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Sep 20, 201609:54 AM
The Lighter Side

Exploring the humor and peculiarities of the Big Easy

In which I mourn the loss of my beloved bike

And turn to Uber

I ride my bike to work. Usually I love it; it’s something that I’ve come to look forward to because it’s both a good way to wake the hell up before a shift and then wind down afterward. It’s also nice just to get some daily exercise that you don’t have to squeeze into your day. It’s a necessity; it’s just there.

I had a gorgeous bike. A blue hybrid. It was light and rode so well, we were one. Sure, it was older, but it was nice and my dad bought it for me when I was still in high school. I loved that thing. And then it was stolen. I was devastated.

I know, I know – it’s a common thing in New Orleans to have your bike stolen. So very common. Even one of the guys I work with said, “You got your bike stolen? It’s official, you’re now a resident of New Orleans. Congratulations.” I’m like, “Yeah, I feel so welcome here.”

So now I’m riding my other bike, a seriously crappy beach cruiser I had just in case someone visited me and we needed to get around and not bother with a car.

Then I came out of work at the end of the day and someone had stolen the seat off of it. I stood there shaking my head and raising my hands in the air for 10 minutes, like, why.

I’m not buying another bike to ride to and from work. But I was like, really? My seat, too?

So for a few weeks I refused to ride my bike anywhere. Primarily because it had no seat, but really because I was done. I started thinking that maybe the universe was trying to tell me something. Maybe it was hinting for me to lay off bikes for a while.

So I took Uber to work for a few weeks. Did it end up being expensive? Maybe, but it was cheaper than a cab in the end and preferable to taking the bus or even walking. Actually it was way preferable to walking in this heat.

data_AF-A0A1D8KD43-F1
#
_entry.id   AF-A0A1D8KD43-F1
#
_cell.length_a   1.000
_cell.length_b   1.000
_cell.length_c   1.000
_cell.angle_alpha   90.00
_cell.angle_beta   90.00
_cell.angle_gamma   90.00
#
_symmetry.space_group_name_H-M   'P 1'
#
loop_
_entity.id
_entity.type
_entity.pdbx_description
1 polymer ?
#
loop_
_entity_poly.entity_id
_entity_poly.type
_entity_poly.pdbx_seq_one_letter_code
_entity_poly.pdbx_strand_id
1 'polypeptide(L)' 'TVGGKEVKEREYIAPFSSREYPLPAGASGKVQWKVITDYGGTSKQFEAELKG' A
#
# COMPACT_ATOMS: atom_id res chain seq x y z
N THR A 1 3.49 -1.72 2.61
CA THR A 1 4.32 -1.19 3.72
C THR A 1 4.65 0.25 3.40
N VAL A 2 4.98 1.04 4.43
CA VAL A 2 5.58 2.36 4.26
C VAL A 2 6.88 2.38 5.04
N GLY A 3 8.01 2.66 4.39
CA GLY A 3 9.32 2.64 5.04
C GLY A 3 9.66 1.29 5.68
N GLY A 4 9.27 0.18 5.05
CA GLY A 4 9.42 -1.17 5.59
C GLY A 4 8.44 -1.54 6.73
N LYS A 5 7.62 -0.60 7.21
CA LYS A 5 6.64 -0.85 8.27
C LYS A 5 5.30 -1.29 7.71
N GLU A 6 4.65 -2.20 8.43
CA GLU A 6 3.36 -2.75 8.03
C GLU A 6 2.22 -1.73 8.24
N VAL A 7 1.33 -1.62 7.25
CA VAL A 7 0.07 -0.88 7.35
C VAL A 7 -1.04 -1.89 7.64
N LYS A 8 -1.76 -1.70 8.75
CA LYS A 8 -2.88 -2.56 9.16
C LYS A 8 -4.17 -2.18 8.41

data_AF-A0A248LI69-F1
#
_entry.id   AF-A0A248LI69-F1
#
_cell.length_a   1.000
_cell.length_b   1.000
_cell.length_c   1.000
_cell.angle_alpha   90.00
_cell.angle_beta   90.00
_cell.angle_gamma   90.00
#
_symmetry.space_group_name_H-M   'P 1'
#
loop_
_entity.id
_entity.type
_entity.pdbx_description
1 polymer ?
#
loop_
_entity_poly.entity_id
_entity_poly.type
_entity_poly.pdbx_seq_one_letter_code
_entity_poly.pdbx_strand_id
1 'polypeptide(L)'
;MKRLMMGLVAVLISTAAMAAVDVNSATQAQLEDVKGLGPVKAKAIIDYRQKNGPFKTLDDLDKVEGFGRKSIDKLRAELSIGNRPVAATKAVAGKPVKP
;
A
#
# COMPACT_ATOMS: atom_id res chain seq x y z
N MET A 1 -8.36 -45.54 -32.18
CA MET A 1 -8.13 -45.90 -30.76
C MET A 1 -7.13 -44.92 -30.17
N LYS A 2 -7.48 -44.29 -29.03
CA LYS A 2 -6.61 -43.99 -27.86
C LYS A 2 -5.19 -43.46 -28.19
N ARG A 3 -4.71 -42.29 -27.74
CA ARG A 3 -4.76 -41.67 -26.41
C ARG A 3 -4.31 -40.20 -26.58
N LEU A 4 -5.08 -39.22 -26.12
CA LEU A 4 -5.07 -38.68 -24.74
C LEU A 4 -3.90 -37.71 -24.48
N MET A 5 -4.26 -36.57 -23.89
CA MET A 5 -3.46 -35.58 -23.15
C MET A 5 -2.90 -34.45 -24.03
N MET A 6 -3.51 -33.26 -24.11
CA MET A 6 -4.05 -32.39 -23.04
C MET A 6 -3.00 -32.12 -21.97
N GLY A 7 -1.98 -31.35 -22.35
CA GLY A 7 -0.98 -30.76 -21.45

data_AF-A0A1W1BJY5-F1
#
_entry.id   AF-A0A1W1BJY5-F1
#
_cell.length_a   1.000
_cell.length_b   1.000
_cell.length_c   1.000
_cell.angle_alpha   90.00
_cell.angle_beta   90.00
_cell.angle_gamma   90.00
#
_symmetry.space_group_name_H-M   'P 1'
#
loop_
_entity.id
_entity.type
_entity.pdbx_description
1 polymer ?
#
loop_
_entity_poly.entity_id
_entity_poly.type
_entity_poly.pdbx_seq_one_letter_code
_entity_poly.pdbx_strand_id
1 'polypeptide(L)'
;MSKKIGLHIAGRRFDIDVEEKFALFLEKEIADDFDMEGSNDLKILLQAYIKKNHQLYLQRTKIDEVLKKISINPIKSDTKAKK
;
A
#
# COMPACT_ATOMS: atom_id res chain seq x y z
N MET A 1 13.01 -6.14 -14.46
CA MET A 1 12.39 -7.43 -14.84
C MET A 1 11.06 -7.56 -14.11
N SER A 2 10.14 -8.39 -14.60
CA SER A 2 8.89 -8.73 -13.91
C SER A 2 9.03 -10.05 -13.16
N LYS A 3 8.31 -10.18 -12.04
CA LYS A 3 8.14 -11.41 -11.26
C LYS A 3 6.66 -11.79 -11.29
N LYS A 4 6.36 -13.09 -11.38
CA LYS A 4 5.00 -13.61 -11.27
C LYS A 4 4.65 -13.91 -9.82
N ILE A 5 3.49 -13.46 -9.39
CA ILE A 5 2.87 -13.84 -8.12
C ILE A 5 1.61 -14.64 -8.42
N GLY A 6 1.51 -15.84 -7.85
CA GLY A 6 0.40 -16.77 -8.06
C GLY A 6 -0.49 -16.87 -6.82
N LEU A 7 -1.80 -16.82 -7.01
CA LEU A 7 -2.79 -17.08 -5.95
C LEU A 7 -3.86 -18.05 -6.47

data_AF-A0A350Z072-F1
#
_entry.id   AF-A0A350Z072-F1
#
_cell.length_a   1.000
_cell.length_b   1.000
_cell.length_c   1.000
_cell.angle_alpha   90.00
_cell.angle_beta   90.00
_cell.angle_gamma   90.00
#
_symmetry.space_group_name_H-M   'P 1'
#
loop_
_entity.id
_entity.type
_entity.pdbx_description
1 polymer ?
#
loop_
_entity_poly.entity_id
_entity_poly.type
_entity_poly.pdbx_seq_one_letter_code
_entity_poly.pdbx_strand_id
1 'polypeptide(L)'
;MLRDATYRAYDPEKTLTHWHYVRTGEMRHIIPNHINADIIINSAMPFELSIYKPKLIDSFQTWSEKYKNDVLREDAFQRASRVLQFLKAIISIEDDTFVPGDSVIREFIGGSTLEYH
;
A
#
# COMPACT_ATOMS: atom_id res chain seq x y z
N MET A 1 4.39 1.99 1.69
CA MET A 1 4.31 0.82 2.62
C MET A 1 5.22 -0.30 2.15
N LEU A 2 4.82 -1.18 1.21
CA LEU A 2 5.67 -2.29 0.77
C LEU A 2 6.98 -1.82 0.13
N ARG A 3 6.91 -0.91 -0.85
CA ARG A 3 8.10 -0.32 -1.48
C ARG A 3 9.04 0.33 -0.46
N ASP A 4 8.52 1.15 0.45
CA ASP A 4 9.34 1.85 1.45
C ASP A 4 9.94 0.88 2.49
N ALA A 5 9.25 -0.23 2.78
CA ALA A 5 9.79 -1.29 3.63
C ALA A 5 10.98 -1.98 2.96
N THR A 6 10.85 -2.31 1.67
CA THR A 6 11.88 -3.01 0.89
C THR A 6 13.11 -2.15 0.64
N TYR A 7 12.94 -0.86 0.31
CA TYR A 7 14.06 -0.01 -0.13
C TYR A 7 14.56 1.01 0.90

Uber has, of course, been around for awhile, however it is still fairly new to our city. But it seems to have grown quite a bit lately. I feel like locals have been embracing it in a way we never have with cabs, as it’s just so damn convenient and even more accessible. (It’s meant to be a cashless experience, but a lot of people do tip.) You don’t have to always be carrying a lot of money on you. Also, you practically just press a button on your phone and a car shows up. It’s the best sort of instant gratification.

Another difference from cabs, which occasionally can be a drawback, is that Uber drivers tend to be a bit chattier. For me, this has been a source of serious amounts of entertainment. I’ve never been in a cab where I’d describe the person as an “oversharer,” but boy would I describe a few Uber drivers that way. It’s almost as if a drive could be seen as a five-to-10-minute therapy session. Other drivers take the opposite route, expecting me to overshare. One guy asked me a string of questions that basically had me questioning the meaning of it all.

 

“So you’re a waitress?” (When they find out I work at a restaurant, they always assume I’m a server.)

“No sir, I cook.”

“So you work a lot of crazy hours? Nights and weekends?”

“Yes, sir.”

“You want a family?”

“I have a family. Thanks!”

 

I know what a statement like that implies. I’m used to it. Do guys ever get asked these questions in Ubers?

On the other end of the spectrum, I was once picked up by someone I’ll always think of as the Uber guru. It was right after a grueling day, I had been on my feet for days, running practical marathons in the kitchen, and I finally got to sit down in the loveliest air-conditioned van. The driver asked if I was OK. I said I was great now I was now off of work, but that I needed a little break because my feet were hurting so badly. I said that I’m not as young as I used to be and I don’t recover quite as well these days.

He laughed and said, “You’re so young. You’ve a lot left to give. I can tell.”

Man, that made my day.

During another Uber drive, the driver and I spent a good five minutes making fun of Ryan Lochte. It was a good time.

Sometimes these guys can be like 10-minute best friends. And in other situations, it can be blissful silence.

This week, though, I have to go back to my beach cruiser. It was a nice little luxury, being driven around town, but now I have to go back to my bike. I got a new seat and and made sure it was one a person couldn’t steal. Although I’m sure there are ways.

But if you’re in a bind, like someone has stolen the seat off your bike, I say call Uber. Or don’t, actually, just press a button and one will appear.

 

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The Lighter Side

Exploring the humor and peculiarities of the Big Easy

about

Annie Drummond is a graphic designer and artist from Columbus, Ohio. She has a degree from the Columbus College of Art & Design. Two years ago she made the move from the Midwest to New Orleans' Bywater neighborhood and fell deeply in love as she discovered the rhythms and traditions of her new city. In addition to The Lighter Side, she writes about food, art and design (and other stuff) at www.AnniedelaDolce.com.

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